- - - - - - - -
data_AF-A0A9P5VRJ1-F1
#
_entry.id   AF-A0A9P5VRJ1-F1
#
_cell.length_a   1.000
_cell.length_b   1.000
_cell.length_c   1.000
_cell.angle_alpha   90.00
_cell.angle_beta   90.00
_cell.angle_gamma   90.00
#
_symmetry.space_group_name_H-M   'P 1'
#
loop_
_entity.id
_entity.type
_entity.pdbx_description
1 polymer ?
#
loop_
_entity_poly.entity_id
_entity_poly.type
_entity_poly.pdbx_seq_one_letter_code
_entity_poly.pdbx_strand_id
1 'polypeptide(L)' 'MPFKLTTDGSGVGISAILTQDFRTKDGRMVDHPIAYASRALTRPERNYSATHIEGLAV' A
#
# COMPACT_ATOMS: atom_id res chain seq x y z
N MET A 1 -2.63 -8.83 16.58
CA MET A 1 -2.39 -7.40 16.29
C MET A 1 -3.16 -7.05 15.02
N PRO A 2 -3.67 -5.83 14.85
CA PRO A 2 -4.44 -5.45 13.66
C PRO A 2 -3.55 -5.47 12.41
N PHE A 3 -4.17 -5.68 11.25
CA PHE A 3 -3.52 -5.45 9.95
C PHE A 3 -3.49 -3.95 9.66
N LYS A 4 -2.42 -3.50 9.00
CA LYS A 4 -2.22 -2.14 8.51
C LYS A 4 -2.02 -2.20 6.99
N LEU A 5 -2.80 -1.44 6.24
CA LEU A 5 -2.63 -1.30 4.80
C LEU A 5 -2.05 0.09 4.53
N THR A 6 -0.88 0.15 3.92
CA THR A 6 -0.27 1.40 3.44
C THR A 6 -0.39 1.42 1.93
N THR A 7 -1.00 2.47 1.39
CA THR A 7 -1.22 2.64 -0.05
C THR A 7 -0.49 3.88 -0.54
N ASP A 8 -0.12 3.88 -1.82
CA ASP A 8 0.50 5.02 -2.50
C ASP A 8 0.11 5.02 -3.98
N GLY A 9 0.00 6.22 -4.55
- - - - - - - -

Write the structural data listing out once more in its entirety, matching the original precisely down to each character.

data_AF-A0A9P5VRJ1-F1
#
_entry.id   AF-A0A9P5VRJ1-F1
#
_cell.length_a   1.000
_cell.length_b   1.000
_cell.length_c   1.000
_cell.angle_alpha   90.00
_cell.angle_beta   90.00
_cell.angle_gamma   90.00
#
_symmetry.space_group_name_H-M   'P 1'
#
loop_
_entity.id
_entity.type
_entity.pdbx_description
1 polymer ?
#
loop_
_entity_poly.entity_id
_entity_poly.type
_entity_poly.pdbx_seq_one_letter_code
_entity_poly.pdbx_strand_id
1 'polypeptide(L)' 'MPFKLTTDGSGVGISAILTQDFRTKDGRMVDHPIAYASRALTRPERNYSATHIEGLAV' A
#
# COMPACT_ATOMS: atom_id res chain seq x y z
N MET A 1 -2.63 -8.83 16.58
CA MET A 1 -2.39 -7.40 16.29
C MET A 1 -3.16 -7.05 15.02
N PRO A 2 -3.67 -5.83 14.85
CA PRO A 2 -4.44 -5.45 13.66
C PRO A 2 -3.55 -5.47 12.41
N PHE A 3 -4.17 -5.68 11.25
CA PHE A 3 -3.52 -5.45 9.95
C PHE A 3 -3.49 -3.95 9.66
N LYS A 4 -2.42 -3.50 9.00
CA LYS A 4 -2.22 -2.14 8.51
C LYS A 4 -2.02 -2.20 6.99
N LEU A 5 -2.80 -1.44 6.24
CA LEU A 5 -2.63 -1.30 4.80
C LEU A 5 -2.05 0.09 4.53
N THR A 6 -0.88 0.15 3.92
CA THR A 6 -0.27 1.40 3.44
C THR A 6 -0.39 1.42 1.93
N THR A 7 -1.00 2.47 1.39
CA THR A 7 -1.22 2.64 -0.05
C THR A 7 -0.49 3.88 -0.54
N ASP A 8 -0.12 3.88 -1.82
CA ASP A 8 0.50 5.02 -2.50
C ASP A 8 0.11 5.02 -3.98
N GLY A 9 0.00 6.22 -4.55